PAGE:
The great cop-out, of course, is, well, no, this was of a different time. The Old Testament is a whole different deal. You don't—when you get into the New Testament, you get free from all of this. Well, no, not so fast. When you come to the time of the prophets, they are doing the very same thing.
I can illustrate it for you—not tediously but purposefully. In Isaiah 61, a prophetic passage that, if you know your Bible, you will recall, the Spirit of the Lord God is upon me, because the Lord has anointed me to bring good news to the poor. You say, There we go. Things are picking up already. Then he has sent me to bind up the brokenhearted. That's lovely too.
And to proclaim liberty to the captives, and to open the doors of the prison to those who are bound, to proclaim the year of the Lord's favor. It's all turning now, isn't it? It's all getting super. Wait a minute. And the day of vengeance of our God.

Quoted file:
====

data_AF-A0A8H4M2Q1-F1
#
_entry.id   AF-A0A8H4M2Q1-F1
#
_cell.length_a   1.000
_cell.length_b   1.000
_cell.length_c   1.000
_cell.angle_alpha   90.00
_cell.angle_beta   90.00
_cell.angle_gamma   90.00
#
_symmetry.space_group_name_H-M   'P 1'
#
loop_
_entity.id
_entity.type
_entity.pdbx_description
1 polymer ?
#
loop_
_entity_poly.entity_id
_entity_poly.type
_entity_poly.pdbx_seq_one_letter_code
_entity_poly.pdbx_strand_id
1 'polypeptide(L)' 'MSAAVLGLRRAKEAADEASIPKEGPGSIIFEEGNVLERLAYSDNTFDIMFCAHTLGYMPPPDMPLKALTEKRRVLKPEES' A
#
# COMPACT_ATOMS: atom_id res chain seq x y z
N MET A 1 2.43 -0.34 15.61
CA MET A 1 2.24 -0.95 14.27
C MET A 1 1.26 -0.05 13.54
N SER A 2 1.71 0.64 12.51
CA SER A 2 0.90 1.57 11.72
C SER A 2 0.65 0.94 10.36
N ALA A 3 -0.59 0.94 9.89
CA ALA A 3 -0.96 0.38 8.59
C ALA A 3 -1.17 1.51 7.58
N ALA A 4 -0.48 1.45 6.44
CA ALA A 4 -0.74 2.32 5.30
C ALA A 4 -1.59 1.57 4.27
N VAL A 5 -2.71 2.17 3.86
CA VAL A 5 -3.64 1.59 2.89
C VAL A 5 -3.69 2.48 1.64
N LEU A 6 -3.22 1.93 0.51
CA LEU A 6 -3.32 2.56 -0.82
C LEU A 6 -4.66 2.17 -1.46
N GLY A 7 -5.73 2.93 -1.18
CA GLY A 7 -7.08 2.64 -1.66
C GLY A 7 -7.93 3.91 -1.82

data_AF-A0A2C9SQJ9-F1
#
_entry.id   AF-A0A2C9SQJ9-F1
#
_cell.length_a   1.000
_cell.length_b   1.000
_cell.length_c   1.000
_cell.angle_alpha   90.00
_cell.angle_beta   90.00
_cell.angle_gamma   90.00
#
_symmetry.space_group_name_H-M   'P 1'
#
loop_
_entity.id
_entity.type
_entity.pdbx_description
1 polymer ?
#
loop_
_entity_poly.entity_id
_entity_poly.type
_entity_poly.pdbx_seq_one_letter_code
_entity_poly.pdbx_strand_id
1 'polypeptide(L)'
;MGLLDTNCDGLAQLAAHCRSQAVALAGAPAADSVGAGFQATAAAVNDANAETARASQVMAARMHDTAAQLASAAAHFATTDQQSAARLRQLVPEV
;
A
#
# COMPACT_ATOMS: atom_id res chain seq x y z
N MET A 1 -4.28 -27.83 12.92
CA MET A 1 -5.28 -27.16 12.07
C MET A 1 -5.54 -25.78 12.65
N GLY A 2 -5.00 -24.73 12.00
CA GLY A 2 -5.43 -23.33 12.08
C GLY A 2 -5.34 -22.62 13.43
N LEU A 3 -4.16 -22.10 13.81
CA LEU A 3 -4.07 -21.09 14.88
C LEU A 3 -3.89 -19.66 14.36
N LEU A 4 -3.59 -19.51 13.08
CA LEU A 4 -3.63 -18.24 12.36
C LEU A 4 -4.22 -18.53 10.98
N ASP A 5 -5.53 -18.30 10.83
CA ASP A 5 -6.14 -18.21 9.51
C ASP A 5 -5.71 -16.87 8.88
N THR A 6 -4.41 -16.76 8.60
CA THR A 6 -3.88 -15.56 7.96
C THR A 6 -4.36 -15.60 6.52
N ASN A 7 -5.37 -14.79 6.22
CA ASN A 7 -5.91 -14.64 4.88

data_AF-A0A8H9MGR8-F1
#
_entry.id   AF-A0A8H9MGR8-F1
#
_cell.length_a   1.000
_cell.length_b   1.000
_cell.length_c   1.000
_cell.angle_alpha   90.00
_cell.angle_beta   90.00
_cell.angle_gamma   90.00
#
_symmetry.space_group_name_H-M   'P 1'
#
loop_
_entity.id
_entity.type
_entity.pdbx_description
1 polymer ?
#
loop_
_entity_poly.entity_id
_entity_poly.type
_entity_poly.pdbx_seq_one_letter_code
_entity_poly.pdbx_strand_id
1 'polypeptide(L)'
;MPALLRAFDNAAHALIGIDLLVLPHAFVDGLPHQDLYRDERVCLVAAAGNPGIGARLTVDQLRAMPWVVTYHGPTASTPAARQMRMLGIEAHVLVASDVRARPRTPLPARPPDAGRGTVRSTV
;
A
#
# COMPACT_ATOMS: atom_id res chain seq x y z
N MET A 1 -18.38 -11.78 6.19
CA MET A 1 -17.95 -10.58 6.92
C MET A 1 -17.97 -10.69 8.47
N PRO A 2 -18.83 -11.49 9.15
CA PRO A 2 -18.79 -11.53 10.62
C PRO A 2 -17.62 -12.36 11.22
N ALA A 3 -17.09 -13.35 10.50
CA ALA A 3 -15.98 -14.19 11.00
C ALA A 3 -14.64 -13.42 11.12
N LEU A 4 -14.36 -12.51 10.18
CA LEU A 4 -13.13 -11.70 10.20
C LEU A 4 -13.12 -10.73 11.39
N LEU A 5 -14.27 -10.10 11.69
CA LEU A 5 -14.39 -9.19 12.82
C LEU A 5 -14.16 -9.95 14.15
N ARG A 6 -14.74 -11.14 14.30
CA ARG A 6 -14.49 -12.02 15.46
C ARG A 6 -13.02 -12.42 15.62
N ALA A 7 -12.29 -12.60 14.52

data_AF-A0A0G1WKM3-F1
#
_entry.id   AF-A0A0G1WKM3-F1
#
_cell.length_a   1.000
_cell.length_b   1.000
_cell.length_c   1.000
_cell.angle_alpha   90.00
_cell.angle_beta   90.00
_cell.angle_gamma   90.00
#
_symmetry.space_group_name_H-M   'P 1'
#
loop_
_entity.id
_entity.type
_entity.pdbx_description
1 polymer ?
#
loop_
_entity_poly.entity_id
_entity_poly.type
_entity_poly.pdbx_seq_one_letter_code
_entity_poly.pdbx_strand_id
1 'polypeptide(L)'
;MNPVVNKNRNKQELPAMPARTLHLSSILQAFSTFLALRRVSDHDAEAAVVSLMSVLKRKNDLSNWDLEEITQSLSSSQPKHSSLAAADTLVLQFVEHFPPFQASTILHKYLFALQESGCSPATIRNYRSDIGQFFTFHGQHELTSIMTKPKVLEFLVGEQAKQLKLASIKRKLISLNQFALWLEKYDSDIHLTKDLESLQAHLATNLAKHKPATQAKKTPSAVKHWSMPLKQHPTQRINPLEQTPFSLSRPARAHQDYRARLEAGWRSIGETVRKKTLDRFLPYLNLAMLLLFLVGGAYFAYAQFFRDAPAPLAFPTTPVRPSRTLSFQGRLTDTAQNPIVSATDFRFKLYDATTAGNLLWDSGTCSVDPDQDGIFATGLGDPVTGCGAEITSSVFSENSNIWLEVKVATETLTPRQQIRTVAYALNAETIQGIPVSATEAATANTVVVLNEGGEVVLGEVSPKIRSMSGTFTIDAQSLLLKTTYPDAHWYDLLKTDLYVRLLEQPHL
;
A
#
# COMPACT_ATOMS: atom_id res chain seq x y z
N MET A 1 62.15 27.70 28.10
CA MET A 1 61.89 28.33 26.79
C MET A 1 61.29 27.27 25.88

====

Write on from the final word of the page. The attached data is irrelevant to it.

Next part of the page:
Well, why would you have to slip that in there? I mean, it was going so nicely till we got there. Loved ones, there is no deliverance by way of salvation outside the reality of the vengeance of God, which is expressed in the judgment of God, which is foreshadowed throughout all of the dealings, historically, of the people of God. Now, if you know that passage, you know that that is the passage that Jesus picked up and spoke from or read from in the synagogue in Nazareth, which is recorded for us in Luke—I think in chapter 4. Yes, it is, Luke 4. And you remember, on that occasion, they handed him the scroll of the prophet Isaiah, and the scroll was unrolled for him, and he began to read. And when you read that Luke 4 passage, something will strike you, and that is that Jesus stopped at the end of the first line of verse 2.